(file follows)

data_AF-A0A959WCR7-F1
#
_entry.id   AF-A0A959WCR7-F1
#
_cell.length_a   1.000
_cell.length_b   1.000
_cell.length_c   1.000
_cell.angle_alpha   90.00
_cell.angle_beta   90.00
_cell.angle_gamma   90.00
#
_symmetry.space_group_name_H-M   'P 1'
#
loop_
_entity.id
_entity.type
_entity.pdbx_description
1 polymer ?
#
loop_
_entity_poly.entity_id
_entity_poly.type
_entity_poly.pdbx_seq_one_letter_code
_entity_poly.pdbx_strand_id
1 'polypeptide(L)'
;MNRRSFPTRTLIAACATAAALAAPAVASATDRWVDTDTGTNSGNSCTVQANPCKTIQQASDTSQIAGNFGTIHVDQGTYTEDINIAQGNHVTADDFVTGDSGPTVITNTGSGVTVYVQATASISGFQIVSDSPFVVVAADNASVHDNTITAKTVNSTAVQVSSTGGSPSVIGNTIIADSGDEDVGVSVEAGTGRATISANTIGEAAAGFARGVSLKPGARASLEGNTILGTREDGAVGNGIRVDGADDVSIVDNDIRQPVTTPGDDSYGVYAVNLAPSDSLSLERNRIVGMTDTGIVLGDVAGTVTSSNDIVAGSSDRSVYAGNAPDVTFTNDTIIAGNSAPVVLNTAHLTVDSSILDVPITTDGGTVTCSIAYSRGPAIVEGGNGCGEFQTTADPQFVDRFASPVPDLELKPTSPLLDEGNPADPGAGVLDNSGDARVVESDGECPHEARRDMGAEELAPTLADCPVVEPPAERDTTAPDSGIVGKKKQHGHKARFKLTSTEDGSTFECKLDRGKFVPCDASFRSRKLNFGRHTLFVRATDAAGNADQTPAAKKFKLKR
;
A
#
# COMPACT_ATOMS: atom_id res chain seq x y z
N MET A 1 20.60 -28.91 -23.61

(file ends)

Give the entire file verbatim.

data_AF-A0A959WCR7-F1
#
_entry.id   AF-A0A959WCR7-F1
#
_cell.length_a   1.000
_cell.length_b   1.000
_cell.length_c   1.000
_cell.angle_alpha   90.00
_cell.angle_beta   90.00
_cell.angle_gamma   90.00
#
_symmetry.space_group_name_H-M   'P 1'
#
loop_
_entity.id
_entity.type
_entity.pdbx_description
1 polymer ?
#
loop_
_entity_poly.entity_id
_entity_poly.type
_entity_poly.pdbx_seq_one_letter_code
_entity_poly.pdbx_strand_id
1 'polypeptide(L)'
;MNRRSFPTRTLIAACATAAALAAPAVASATDRWVDTDTGTNSGNSCTVQANPCKTIQQASDTSQIAGNFGTIHVDQGTYTEDINIAQGNHVTADDFVTGDSGPTVITNTGSGVTVYVQATASISGFQIVSDSPFVVVAADNASVHDNTITAKTVNSTAVQVSSTGGSPSVIGNTIIADSGDEDVGVSVEAGTGRATISANTIGEAAAGFARGVSLKPGARASLEGNTILGTREDGAVGNGIRVDGADDVSIVDNDIRQPVTTPGDDSYGVYAVNLAPSDSLSLERNRIVGMTDTGIVLGDVAGTVTSSNDIVAGSSDRSVYAGNAPDVTFTNDTIIAGNSAPVVLNTAHLTVDSSILDVPITTDGGTVTCSIAYSRGPAIVEGGNGCGEFQTTADPQFVDRFASPVPDLELKPTSPLLDEGNPADPGAGVLDNSGDARVVESDGECPHEARRDMGAEELAPTLADCPVVEPPAERDTTAPDSGIVGKKKQHGHKARFKLTSTEDGSTFECKLDRGKFVPCDASFRSRKLNFGRHTLFVRATDAAGNADQTPAAKKFKLKR
;
A
#
# COMPACT_ATOMS: atom_id res chain seq x y z
N MET A 1 20.60 -28.91 -23.61